The first couple of weeks went by and I was chill.  I was certain that some type of need would present itself to me.  So I waited.   But nothing appeared.  Sure there was the Salvation Army bell ringers…I ran into them every time I went to the grocery store.  But I already give to them.  I thought about dropping the $25 into the kettle and being done….it’s more than I usually give and I could be done!  But no, it seemed too easy.

By week three, I was really paying attention to the world around me.  I started to accept the idea that I would need to find a cause to donate to instead of a person to hand the money to.  An ad came on TV for the American Cancer Society.  I know too many who have lost the battle to cancer.   This could be a worthy recipient.  But online giving seemed too easy.  So I watched and waited.

During week 4, I saw a program on TV about Yemen.  The children.  The famine.  The heartbreak.  I did more research on Yemen and was reduced to tears.  This was worthy.  But $25 seemed so little.  Ineffective against all they face.  But here’s the irony.   Had I not committed that $25 to give away, I wouldn’t have given anything towards Yemen relief.  Not a penny.  In light of that, I recognized that $25 was pretty good.  It still took me till Christmas Eve day to make my decision.   Yemen would get the $25.

But getting to Yemen, if you will, was a challenging process.   This experience revealed to me how influenced I was by my early years of marriage.  With 5 kids and only my husband’s salary, we were broke.  When you are broke, giving money away isn’t an option.   When we gave, it was usually to a family member in greater need than ourselves.  We were, more often than not, the recipients of people’s generosity.  They saw our need and gave.  We were grateful.  And for that and other reasons, we gave back.  But with no money to give, we gave our time.  And a pattern emerged.   Giving my time became part of the fabric of who I was.  I was generous with my time and gave freely.  Sometimes I gave too much.  But I gave my time because it was what I could offer.

Fast forward 30 years and money isn’t so tight.  There is extra.  Or there could be.   But I still behave like there isn’t.   Extra money gets funneled towards nice things or helping my kids. Until that $25 showed up.   It opened my eyes to the fact that things have changed.   Just being able to hand 8 people $25 and say, “give it away’ is an indication that I am no longer broke.  So what to do with this new insight?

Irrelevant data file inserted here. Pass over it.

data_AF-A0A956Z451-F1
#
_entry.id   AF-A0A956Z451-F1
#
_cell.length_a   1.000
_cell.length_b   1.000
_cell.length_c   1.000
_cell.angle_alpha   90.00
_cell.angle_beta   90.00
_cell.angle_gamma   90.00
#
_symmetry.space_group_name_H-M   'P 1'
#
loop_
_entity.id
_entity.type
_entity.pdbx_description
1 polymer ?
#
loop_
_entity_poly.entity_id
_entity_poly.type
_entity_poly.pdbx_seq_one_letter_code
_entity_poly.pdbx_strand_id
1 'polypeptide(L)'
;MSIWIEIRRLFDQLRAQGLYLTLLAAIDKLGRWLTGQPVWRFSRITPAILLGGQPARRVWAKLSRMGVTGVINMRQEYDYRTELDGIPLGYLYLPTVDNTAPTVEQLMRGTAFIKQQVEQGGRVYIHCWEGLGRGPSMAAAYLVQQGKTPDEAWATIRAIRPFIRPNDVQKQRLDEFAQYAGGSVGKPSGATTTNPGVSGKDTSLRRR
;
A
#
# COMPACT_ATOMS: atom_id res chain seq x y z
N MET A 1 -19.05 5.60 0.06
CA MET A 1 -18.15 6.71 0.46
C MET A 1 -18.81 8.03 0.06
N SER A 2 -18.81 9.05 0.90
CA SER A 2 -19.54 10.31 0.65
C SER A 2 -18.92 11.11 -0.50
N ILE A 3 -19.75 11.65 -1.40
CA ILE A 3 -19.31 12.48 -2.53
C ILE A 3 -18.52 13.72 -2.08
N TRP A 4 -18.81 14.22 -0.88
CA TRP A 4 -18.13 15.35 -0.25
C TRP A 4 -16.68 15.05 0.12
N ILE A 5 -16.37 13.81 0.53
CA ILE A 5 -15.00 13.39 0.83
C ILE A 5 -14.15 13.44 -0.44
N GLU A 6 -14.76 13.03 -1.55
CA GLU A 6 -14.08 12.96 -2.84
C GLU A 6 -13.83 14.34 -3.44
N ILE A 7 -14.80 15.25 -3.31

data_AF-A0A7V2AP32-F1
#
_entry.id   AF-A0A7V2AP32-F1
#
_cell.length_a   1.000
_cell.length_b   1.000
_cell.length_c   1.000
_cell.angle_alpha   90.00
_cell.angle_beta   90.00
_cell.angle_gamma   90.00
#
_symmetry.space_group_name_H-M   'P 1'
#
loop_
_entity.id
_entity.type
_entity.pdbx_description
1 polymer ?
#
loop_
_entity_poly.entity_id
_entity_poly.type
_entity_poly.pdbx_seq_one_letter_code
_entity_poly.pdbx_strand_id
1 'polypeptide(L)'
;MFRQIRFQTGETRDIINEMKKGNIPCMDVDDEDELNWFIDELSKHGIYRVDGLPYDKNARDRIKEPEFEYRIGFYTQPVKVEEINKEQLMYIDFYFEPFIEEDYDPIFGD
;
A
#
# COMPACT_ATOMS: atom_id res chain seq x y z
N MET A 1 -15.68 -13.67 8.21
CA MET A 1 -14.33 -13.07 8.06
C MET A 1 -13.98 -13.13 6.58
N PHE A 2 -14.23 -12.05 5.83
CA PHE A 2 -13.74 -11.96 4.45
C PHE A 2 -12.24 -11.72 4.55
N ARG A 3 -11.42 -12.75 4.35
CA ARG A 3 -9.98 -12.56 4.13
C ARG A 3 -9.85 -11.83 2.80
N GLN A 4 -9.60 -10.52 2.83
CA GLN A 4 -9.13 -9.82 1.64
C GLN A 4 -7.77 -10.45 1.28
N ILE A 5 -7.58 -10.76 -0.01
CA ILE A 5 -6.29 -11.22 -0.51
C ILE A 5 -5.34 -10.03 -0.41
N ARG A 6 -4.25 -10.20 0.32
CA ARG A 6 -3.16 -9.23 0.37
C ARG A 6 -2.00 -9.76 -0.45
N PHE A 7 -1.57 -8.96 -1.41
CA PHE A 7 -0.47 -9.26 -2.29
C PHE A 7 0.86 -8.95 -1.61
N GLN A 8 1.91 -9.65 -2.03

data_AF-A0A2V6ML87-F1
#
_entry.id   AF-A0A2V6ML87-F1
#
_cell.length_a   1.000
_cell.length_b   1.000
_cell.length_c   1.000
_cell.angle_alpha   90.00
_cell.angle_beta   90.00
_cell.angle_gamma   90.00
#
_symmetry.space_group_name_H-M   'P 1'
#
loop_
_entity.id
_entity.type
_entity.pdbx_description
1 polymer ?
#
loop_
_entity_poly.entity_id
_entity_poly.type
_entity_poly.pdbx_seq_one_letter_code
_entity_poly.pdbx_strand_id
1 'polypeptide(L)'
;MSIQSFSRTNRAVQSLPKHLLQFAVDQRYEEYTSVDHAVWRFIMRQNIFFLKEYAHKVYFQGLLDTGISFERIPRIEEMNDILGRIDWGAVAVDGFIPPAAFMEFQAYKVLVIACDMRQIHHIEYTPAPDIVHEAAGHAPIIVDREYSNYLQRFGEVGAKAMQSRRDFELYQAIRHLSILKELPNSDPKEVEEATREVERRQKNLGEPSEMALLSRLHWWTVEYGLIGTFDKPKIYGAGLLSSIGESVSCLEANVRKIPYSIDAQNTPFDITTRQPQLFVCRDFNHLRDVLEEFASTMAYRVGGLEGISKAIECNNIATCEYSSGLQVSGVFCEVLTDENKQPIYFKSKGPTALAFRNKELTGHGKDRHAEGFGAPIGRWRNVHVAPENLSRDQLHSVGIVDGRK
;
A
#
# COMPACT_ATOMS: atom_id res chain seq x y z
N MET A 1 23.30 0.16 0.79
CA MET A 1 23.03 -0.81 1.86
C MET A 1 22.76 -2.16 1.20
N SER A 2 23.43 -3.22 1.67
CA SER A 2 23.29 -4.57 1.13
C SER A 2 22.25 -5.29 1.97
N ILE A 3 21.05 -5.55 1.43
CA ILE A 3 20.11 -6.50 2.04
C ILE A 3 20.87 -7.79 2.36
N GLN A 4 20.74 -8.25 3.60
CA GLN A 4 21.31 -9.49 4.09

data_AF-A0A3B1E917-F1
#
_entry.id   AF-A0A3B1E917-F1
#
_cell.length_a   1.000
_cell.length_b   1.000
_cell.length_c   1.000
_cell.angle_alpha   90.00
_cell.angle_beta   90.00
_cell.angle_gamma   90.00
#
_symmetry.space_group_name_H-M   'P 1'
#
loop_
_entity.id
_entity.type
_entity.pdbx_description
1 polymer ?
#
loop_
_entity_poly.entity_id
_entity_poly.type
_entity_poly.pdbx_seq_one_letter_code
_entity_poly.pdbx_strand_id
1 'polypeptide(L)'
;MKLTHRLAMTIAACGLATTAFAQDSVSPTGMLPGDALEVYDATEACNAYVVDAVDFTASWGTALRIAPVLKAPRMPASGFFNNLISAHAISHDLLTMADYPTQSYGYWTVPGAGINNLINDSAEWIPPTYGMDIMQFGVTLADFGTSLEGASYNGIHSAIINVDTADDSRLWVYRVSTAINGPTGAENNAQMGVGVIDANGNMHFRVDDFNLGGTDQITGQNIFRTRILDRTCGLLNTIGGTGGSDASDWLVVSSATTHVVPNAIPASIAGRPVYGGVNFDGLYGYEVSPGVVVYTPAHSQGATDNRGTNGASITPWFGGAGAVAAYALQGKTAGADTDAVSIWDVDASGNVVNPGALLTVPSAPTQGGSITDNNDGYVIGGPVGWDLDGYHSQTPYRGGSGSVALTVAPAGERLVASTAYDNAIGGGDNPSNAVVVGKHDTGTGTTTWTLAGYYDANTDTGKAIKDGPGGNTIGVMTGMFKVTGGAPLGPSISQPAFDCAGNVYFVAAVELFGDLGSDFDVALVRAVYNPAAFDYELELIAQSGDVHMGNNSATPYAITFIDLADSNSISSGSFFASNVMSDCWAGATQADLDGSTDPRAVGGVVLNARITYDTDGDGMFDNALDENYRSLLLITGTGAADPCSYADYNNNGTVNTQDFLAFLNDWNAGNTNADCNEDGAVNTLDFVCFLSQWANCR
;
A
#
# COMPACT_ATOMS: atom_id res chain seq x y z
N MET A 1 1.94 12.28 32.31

I recognized that giving to family isn’t bad, but perhaps I needed to expand my idea of family.   Those 2 year olds in Yemen, with arms and legs that were pencil thin….my tears were telling me, they are family too.  And I find myself heading into the new year with a broader perspective of need.  A deeper understanding that I could and should do more.  Not just with my time, but with my money too.

As my husband and I gathered with our kids and heard about how they spent their $25, I realized I wasn’t the only one who found the process difficult.  So with anything that is difficult, the only solution is to practice until it becomes easier.   We will be doing this again next year, though we decided Nov. 1st is a better date to start.

In only 25 days, that $25 gave me a fresh perspective.  And it enlarged my heart.  Now that’s time and money well spent!

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Discovery, Emoj's, enlightenment, letting go, Uncategorized

How Emoji’s Changed My Life….

Bitmoji’s actually.  Not the little smiley face emoji’s but the ones where you can create a cartoon version of yourself.  These types of emoji’s revealed something to me that I hadn’t recognized….I was stuck in the past!

It all started when I tried to make a Bitmoji of myself.  None of them seemed to look like me at all and I couldn’t figure out why.   It was puzzling and more frustrating than I would like to admit!

And then it dawned on me.   It was the hair!  No matter which app I tried, none of them had anything that resembled my haircut.   So I started to study the hair styles on the apps and realized the cold, hard, truth.   I was outdated!   Not quite stuck in the 1980’s but definitely not current.   My youngest daughter had been trying to tell me for years.   And she wasn’t subtle either.   But I couldn’t see it.

Until Bitmoji enlightened me.

I realized that most of the emoj’s had the hair parted on the side….so I started to look at people on the street and people on tv.  I discovered that nearly everyone with a part, had it on the side!   Where had I been?

See, it wasn’t really about staying up with fashion….one look in my closet will tell you that!   But it was more about NOT making myself look older than I already was, by dating myself with a haircut from a previous decade…or two.

So, I did it.  I cut my hair, colored it and now I have a Bitmoji who looks more like me….in a cartoon, squint your eyes, and use your imagination kind of way.   Of course, there’s more to the story than my just being enlightened by the app on my phone.   Twelve months of change and discovery is what truly got me to the place of letting go of the old and trying something new.   But that’s a story for another day.